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Treaties and Land Claims

Innu chiefs accuse Quebec of bad faith after delay on ‘fundamentally important’ treaty

April 2, 2024

Community members ‘are losing confidence in the negotiation process,’ says chief

Three me stand next to eachother
From left to right, Chief Réal Tettaut of Nutashkuan, Chief Martin Dufour of Essipit and Chief Gilbert Dominique of Pekuakamiulnuatsh are accusing the provincial government of acting in bad faith after the deadline passed to conclude the Petapan Treaty. (Regroupement Petapan

CBC Indigenous: Chief Gilbert Dominique is trying to remain optimistic that a “fundamentally important” treaty will be finalized with the Quebec government despite delays.

A year after the deadline passed to conclude the Petapan Treaty, Dominique says there’s still “total disappointment” in his community of Pekuakamiulnuatsh, located 260 kilometres northwest of Quebec City.

The chiefs of Essipit, Pekuakamiulnuatsh, and Nutashkuan say the Quebec government reneged on a commitment to finalize the Petapan Treaty before the deadline set for March 31, 2023.

“It’s clear that many members of our communities have lost — or are losing — confidence in the negotiation process,” said Dominique.

The three Innu communities are accusing the provincial government of acting in bad faith for failing to conclude the treaty, which has been under negotiation for more than 40 years.

Instead, Quebec has “imposed a new deadline and demanded new information,” the chiefs said Monday in a news release.

The Petapan Treaty, between the Innu First Nations, Quebec and Ottawa, would exempt the three communities from the federal Indian Act and recognize their right to self-determination and their ancestral rights.

The Innu nations reached a deal with Ottawa before the March 2023 deadline, but talks with Quebec are ongoing.

A man smiles at he camera. He is standing outside wearing a winter jacket.
Chief Gilbert Dominique says many people in the commuity are losing confidence in the negotiation process. (Laurie Gobeil/Radio-Canada)

“Negotiating a treaty is like one huge spaghetti, everything is interrelated and it’s all a question of compromise,” said Dominique.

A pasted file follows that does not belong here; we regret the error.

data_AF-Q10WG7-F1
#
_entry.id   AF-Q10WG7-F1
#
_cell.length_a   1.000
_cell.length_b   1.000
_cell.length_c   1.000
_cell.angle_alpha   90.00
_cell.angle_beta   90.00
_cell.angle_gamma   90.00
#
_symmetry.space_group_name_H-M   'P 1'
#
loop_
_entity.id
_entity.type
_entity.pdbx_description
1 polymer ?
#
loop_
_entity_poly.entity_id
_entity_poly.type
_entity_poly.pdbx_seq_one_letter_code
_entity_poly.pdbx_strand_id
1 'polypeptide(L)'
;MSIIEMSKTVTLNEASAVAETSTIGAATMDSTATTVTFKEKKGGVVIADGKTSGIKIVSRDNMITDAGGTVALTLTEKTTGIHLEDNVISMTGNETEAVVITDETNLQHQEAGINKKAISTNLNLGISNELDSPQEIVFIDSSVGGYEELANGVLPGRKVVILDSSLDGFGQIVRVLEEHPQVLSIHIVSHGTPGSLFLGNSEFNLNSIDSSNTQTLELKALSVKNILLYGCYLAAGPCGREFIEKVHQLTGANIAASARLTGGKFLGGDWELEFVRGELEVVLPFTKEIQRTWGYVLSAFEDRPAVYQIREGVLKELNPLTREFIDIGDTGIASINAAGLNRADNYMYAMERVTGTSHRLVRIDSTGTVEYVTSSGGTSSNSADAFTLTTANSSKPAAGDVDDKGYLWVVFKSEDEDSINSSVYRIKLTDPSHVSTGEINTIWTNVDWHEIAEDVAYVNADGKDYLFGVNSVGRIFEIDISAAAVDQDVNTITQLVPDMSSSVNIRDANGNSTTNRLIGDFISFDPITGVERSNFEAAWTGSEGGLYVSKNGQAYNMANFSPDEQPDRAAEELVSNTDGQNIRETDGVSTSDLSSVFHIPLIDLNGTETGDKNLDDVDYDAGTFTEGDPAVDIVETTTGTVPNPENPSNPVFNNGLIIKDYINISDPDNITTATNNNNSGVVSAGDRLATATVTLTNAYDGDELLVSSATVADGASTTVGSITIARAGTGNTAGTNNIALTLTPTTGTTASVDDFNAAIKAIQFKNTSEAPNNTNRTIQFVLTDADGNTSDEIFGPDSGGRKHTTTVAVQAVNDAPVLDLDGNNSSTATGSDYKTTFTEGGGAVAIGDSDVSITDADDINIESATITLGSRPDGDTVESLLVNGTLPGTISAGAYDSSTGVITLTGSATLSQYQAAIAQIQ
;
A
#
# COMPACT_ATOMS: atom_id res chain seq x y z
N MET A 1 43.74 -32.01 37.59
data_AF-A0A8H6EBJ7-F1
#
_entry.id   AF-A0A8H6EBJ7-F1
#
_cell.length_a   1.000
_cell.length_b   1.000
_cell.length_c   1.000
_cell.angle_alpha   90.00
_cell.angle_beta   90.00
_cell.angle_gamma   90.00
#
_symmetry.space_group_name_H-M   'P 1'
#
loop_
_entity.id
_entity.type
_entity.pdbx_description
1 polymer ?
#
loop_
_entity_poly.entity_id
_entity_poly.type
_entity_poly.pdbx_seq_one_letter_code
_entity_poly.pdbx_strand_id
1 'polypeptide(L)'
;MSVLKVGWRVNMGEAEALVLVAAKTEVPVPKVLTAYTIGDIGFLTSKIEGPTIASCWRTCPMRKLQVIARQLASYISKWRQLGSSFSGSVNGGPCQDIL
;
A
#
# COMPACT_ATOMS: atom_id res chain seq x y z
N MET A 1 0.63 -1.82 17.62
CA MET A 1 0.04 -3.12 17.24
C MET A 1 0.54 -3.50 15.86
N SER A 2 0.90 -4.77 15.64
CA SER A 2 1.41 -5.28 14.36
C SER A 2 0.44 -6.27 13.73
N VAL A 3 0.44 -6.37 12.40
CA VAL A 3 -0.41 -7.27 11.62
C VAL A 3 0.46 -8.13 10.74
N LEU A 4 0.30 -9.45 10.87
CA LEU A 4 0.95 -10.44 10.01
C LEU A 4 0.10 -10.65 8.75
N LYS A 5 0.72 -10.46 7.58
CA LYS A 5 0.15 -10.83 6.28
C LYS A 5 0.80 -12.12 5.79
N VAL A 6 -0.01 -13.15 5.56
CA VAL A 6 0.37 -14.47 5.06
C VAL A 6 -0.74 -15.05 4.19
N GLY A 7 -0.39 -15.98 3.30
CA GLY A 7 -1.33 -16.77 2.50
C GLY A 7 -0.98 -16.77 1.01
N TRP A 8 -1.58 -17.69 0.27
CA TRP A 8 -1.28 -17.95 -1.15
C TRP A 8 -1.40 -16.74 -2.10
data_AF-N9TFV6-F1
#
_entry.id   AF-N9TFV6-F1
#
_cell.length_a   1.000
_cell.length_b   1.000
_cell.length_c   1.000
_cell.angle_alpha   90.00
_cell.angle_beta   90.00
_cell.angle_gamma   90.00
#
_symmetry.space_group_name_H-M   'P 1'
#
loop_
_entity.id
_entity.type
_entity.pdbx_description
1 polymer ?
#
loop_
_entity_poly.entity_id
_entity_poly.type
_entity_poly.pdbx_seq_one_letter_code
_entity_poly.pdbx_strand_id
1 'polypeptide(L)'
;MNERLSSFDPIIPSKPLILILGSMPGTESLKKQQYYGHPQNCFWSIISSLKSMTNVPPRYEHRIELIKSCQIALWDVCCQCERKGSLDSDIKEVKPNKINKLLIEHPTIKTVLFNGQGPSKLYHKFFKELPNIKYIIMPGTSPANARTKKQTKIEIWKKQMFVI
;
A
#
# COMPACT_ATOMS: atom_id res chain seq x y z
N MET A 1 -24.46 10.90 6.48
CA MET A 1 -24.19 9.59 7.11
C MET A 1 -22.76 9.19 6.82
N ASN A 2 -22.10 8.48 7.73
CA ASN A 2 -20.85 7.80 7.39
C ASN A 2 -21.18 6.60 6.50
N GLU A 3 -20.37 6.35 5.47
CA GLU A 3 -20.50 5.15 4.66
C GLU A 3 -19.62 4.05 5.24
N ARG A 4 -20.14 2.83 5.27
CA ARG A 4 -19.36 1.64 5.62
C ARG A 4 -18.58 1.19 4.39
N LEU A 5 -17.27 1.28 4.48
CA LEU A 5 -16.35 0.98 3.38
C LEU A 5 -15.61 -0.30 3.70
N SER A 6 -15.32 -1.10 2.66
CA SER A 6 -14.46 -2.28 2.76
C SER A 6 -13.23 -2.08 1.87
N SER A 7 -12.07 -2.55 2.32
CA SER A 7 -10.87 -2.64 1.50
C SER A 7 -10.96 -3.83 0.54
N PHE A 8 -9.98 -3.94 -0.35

“As soon as we pull the trigger on one element that doesn’t suit us, we’re probably going to unravel some of the other elements.”

Dominique says the treaty represents a huge opportunity for the three communities and described it as a toolbox “which will allow us, when we need it, to go and get skills from time to time, funding from time to time, to be able to implement our own laws in certain areas.”

“What’s our objective? It’s to make sure that in the management of the territory, when decisions are made, that we’re involved.”

The chiefs, who represent about 12,000 people in the North Shore and Saguenay-Lac-St-Jean regions, are calling for a meeting with Premier François Legault and say they are “very seriously” considering legal action.

Initiating and pursuing a legal action is a big decision and would only be done after planning and consultations with community members, says Dominique.

‘If that’s our approach, we’ll have to consider investing several hundred thousand dollars from our own coffers, from our own funds, to fight this battle,” said Dominique.

“So it’s not insignificant, it’s a big step and when we venture into it, it’s clear that there’s no going back.”

Ewan Sauves, a spokesman for Legault, said in an email Monday that the Quebec government still aims to reach an agreement with the three Innu communities.

“However, the Petapan Treaty project is a complex issue,” Sauves said. “Our teams are hard at work. We will not negotiate in public.”

Dominique says the best solutions will be found through discussions and “not through confrontation.”

“I hope that’s the approach of Mr. Legault’s government. So I’d like to think that Quebec will move in that direction,” said Dominique.

“I think an approach like that is much healthier than one based on confrontation and notably, legal battles.”


Rachel Watts, CBC journalist

Rachel Watts is a journalist with CBC News in Quebec City. Originally from Montreal, she enjoys covering stories in the province of Quebec. You can reach her at

With files from The Canadian Press